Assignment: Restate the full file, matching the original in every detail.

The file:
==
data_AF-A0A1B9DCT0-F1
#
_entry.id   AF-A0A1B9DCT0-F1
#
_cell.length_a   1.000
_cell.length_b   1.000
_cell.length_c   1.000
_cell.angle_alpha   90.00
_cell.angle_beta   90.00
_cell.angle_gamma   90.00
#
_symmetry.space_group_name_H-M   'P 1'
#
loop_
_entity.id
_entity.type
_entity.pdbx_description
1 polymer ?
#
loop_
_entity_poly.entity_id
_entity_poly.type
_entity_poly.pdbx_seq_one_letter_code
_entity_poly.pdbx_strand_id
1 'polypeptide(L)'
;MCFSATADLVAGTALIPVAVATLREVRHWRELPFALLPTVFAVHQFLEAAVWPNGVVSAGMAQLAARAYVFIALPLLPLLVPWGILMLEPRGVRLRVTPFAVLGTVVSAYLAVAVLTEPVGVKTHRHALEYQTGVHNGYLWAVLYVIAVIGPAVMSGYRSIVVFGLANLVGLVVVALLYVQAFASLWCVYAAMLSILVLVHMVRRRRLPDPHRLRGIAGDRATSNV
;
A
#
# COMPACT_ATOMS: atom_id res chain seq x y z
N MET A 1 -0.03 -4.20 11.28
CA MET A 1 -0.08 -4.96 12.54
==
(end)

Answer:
data_AF-A0A1B9DCT0-F1
#
_entry.id   AF-A0A1B9DCT0-F1
#
_cell.length_a   1.000
_cell.length_b   1.000
_cell.length_c   1.000
_cell.angle_alpha   90.00
_cell.angle_beta   90.00
_cell.angle_gamma   90.00
#
_symmetry.space_group_name_H-M   'P 1'
#
loop_
_entity.id
_entity.type
_entity.pdbx_description
1 polymer ?
#
loop_
_entity_poly.entity_id
_entity_poly.type
_entity_poly.pdbx_seq_one_letter_code
_entity_poly.pdbx_strand_id
1 'polypeptide(L)'
;MCFSATADLVAGTALIPVAVATLREVRHWRELPFALLPTVFAVHQFLEAAVWPNGVVSAGMAQLAARAYVFIALPLLPLLVPWGILMLEPRGVRLRVTPFAVLGTVVSAYLAVAVLTEPVGVKTHRHALEYQTGVHNGYLWAVLYVIAVIGPAVMSGYRSIVVFGLANLVGLVVVALLYVQAFASLWCVYAAMLSILVLVHMVRRRRLPDPHRLRGIAGDRATSNV
;
A
#
# COMPACT_ATOMS: atom_id res chain seq x y z
N MET A 1 -0.03 -4.20 11.28
CA MET A 1 -0.08 -4.96 12.54